Faced with worrying advances in Soviet missile technology, in the mid-1950s the United States sought to develop an IRBM to act as a stop-gap until the Atlas ICBM became operational. Intense inter-service rivalry followed before the US Air Force gained the upper hand. The UK, keen to improve its ‘special relationship’ with the US and soon smarting from the Suez Crisis, agreed to accept sixty Thor missiles to be operated by RAF crews. Complex negotiations followed and once sites were identified, American personnel, both civilian and military, crossed the Atlantic to build and commission the bases. Meanwhile, some 1,300 RAF personnel travelled to America to learn the complexities of the Thor system and make a series of twenty-one launches from Vandenberg Air Force Base.Covering activities on both sides of the pond, Thor Ballistic Missile: The United States and the United Kingdom in Partnership is a thoroughly researched, documented account of the USAAF and RAF’s collaboration, featuring a number of previously unpublished photographs, plans, and diagrams of the missile sites and equipment, and the anecdotes of the servicemen who took part in this exchange.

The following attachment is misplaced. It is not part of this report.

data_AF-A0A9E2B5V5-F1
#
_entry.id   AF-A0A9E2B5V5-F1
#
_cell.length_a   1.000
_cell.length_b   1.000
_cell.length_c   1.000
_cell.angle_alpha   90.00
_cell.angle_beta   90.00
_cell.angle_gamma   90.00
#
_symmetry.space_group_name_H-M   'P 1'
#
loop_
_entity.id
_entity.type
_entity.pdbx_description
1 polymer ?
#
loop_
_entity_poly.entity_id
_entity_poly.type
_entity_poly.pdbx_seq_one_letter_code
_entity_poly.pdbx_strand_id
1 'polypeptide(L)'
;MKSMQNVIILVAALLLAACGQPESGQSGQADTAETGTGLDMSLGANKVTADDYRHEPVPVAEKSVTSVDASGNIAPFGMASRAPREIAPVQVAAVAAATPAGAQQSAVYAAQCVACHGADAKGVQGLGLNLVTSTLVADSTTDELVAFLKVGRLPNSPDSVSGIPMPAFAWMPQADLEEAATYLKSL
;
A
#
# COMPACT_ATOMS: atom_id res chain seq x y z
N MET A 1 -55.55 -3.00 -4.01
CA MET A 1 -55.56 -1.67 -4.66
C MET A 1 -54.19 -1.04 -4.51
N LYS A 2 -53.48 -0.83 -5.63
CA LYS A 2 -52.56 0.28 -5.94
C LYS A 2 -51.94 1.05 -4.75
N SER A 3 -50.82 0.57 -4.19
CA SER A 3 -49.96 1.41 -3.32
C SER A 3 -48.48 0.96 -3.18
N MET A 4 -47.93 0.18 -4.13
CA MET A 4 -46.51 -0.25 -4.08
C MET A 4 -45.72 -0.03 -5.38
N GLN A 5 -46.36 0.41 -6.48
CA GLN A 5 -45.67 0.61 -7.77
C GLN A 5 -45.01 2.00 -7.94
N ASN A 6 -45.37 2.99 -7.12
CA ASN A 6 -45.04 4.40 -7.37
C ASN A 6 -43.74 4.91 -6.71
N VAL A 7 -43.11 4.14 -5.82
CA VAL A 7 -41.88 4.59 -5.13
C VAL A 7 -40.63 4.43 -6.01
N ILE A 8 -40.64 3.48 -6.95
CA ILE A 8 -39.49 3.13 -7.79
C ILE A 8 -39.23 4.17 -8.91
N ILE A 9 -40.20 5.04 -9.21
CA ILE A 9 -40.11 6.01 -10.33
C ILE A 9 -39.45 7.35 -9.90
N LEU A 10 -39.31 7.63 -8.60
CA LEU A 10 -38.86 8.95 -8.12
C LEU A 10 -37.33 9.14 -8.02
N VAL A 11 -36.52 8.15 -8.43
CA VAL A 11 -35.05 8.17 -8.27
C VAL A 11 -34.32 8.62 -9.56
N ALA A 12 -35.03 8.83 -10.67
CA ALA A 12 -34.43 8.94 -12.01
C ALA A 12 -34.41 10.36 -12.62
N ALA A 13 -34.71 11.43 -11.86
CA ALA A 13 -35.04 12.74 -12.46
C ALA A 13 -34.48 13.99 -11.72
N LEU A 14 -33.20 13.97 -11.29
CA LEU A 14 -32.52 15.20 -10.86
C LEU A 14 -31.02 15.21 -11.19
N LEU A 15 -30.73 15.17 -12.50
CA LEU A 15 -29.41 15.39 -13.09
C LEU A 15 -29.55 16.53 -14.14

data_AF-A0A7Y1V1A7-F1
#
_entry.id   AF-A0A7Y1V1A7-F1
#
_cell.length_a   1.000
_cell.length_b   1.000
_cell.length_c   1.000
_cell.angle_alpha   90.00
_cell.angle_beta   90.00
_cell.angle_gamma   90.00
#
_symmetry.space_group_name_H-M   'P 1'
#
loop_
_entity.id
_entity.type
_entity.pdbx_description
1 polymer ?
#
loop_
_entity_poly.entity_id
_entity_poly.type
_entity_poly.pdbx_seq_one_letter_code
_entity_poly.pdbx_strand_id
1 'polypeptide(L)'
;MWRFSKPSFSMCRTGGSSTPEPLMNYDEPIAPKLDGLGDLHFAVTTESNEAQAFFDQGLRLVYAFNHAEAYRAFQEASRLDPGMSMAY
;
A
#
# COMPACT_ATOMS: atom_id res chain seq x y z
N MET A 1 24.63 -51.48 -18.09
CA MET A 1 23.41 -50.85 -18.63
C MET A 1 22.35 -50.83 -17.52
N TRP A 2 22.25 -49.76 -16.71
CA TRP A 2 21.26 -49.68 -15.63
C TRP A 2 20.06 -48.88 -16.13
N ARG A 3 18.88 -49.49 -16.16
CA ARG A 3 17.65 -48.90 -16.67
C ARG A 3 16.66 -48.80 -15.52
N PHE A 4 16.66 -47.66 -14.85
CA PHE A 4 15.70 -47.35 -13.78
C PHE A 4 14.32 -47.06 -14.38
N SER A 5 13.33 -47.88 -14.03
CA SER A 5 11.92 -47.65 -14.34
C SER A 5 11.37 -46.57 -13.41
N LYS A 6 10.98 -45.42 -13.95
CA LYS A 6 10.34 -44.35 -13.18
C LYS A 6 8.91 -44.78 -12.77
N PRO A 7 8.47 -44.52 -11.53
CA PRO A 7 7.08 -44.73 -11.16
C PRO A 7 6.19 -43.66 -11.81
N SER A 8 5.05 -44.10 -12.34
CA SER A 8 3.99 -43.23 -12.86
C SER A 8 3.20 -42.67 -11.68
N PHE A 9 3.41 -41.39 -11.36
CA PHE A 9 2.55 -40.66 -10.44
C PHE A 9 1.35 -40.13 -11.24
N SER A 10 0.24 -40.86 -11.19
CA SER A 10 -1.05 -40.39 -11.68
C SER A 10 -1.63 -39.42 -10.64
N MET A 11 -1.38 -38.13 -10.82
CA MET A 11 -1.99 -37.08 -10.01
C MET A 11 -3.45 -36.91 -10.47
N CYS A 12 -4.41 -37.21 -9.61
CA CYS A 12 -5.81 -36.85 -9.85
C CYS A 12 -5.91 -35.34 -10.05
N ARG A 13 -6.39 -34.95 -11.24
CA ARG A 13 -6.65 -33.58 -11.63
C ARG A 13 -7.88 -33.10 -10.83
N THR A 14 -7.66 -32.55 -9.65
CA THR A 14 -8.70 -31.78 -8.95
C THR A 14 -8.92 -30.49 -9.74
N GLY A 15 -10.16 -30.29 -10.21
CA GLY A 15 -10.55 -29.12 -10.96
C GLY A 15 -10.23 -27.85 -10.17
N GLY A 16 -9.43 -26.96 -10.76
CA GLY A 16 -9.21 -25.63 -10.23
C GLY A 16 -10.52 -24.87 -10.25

||234 x 156 mm
||15 August 2015
||70 black-and-white illustrations and profiles
John Boyes was born in Edinburgh in 1947. Educated at Rugby School, he qualified as a chartered accountant in 1972 and thereafter pursued a career in the motor industry until his retirement in 2005. He has had a lifelong interest in the history of missiles and published his first book, Project Emily: Thor IRBM and the RAF, in 2008. He is the treasurer of the Royal Air Force Historical Society and financial controller of the Bomber Command Association, responsible for the financial management of its memorial in London. He has given a number of lectures on Thor and regularly contributed to the British Nuclear History meetings at Charterhouse. He is married and lives in West Wickham, Kent.